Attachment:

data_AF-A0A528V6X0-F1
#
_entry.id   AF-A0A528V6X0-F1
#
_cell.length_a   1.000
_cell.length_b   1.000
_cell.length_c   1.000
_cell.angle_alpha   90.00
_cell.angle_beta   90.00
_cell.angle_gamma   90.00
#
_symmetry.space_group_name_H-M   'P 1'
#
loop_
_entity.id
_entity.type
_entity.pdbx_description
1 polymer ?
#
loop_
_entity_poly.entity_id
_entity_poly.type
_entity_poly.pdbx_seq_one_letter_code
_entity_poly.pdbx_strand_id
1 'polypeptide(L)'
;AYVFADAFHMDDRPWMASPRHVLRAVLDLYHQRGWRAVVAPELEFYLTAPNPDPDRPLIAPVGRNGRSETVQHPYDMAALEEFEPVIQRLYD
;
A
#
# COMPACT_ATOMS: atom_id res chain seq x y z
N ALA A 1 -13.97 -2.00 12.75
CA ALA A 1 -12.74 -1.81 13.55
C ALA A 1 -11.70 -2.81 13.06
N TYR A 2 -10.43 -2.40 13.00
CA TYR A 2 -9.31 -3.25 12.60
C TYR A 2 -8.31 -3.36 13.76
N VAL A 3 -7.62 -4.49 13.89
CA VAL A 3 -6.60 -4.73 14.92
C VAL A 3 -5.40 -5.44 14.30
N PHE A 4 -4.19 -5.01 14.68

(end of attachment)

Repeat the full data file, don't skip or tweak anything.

data_AF-A0A528V6X0-F1
#
_entry.id   AF-A0A528V6X0-F1
#
_cell.length_a   1.000
_cell.length_b   1.000
_cell.length_c   1.000
_cell.angle_alpha   90.00
_cell.angle_beta   90.00
_cell.angle_gamma   90.00
#
_symmetry.space_group_name_H-M   'P 1'
#
loop_
_entity.id
_entity.type
_entity.pdbx_description
1 polymer ?
#
loop_
_entity_poly.entity_id
_entity_poly.type
_entity_poly.pdbx_seq_one_letter_code
_entity_poly.pdbx_strand_id
1 'polypeptide(L)'
;AYVFADAFHMDDRPWMASPRHVLRAVLDLYHQRGWRAVVAPELEFYLTAPNPDPDRPLIAPVGRNGRSETVQHPYDMAALEEFEPVIQRLYD
;
A
#
# COMPACT_ATOMS: atom_id res chain seq x y z
N ALA A 1 -13.97 -2.00 12.75
CA ALA A 1 -12.74 -1.81 13.55
C ALA A 1 -11.70 -2.81 13.06
N TYR A 2 -10.43 -2.40 13.00
CA TYR A 2 -9.31 -3.25 12.60
C TYR A 2 -8.31 -3.36 13.76
N VAL A 3 -7.62 -4.49 13.89
CA VAL A 3 -6.60 -4.73 14.92
C VAL A 3 -5.40 -5.44 14.30
N PHE A 4 -4.19 -5.01 14.68